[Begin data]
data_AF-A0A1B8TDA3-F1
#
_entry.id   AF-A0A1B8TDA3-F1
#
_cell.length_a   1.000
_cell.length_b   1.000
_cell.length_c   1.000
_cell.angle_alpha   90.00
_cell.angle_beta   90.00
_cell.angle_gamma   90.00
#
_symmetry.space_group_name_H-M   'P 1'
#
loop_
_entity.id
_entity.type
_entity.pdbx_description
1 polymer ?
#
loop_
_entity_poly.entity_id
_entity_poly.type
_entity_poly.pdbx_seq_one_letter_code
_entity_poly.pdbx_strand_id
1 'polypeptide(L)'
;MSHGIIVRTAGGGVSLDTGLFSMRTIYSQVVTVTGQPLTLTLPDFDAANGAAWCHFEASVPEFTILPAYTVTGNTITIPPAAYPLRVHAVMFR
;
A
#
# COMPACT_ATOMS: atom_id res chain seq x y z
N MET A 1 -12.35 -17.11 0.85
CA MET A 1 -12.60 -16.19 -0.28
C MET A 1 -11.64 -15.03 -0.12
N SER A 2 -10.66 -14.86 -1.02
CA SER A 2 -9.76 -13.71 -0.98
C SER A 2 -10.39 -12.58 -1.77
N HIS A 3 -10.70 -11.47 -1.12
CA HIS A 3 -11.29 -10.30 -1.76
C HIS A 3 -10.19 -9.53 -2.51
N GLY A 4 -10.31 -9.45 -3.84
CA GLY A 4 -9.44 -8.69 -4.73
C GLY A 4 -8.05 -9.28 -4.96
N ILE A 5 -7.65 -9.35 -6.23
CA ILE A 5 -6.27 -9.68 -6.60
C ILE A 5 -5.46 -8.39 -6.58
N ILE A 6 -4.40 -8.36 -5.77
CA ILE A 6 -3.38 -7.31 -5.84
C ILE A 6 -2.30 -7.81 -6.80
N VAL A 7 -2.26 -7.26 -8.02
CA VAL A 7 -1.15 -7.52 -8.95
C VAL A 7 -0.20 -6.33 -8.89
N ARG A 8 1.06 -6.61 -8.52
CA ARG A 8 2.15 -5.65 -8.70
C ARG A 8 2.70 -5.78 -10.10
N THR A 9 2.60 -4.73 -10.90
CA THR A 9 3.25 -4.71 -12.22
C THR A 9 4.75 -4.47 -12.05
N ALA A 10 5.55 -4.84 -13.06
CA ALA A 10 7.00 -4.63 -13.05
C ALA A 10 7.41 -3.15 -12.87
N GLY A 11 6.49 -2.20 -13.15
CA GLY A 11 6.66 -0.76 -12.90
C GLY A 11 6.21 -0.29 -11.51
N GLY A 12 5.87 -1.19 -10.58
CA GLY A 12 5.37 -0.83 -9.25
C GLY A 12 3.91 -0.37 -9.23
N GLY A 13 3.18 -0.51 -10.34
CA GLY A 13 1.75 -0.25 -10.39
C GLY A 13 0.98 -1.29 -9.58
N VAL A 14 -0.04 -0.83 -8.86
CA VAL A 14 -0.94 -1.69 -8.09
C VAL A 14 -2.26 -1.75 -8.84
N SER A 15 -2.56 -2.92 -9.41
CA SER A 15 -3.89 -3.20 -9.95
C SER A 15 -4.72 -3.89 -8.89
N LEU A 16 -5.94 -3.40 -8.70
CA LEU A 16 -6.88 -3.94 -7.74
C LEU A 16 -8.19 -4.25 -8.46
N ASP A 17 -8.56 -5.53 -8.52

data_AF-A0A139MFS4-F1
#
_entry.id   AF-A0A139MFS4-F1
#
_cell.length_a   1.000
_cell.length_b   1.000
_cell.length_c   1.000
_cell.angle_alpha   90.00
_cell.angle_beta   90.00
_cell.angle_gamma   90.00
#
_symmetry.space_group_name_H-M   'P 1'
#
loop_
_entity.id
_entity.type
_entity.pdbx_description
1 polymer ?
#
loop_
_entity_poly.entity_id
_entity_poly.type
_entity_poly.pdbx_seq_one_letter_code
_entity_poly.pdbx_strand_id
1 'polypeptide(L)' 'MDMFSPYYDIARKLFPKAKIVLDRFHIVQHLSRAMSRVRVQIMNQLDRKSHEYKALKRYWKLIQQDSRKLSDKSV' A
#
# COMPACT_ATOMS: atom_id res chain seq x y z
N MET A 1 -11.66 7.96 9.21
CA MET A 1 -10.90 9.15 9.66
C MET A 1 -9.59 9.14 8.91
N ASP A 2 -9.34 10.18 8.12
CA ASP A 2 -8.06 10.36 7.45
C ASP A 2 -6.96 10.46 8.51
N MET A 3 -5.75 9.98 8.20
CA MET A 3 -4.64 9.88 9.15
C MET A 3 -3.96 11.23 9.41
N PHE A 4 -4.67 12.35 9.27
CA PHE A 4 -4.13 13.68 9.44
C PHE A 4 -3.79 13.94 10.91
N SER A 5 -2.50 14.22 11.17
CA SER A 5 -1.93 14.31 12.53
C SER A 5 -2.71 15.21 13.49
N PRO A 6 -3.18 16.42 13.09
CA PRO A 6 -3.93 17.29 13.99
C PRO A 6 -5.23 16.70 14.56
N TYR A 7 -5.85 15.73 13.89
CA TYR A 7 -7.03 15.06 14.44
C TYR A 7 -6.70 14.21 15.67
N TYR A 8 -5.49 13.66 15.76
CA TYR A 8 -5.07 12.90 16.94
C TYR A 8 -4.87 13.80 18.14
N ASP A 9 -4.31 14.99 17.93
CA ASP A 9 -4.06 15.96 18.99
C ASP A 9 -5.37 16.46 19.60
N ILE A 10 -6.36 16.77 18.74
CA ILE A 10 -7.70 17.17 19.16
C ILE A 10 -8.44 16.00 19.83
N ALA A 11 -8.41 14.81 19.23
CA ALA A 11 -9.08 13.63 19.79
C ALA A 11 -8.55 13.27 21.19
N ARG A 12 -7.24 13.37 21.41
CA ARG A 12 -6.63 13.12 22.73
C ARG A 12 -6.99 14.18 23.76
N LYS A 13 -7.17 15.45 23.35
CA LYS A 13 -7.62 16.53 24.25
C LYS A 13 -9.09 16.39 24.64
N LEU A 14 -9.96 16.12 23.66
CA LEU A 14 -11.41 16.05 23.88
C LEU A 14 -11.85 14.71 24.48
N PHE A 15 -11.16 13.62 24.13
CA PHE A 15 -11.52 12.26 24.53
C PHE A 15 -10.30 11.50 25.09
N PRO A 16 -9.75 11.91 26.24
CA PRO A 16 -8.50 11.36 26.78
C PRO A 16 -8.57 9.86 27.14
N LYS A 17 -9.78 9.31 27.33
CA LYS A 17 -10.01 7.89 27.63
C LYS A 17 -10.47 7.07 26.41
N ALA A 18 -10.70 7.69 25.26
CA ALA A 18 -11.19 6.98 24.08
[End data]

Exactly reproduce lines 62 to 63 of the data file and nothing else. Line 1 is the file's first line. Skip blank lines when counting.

CA GLY A 11 6.66 -0.76 -12.90
C GLY A 11 6.21 -0.29 -11.51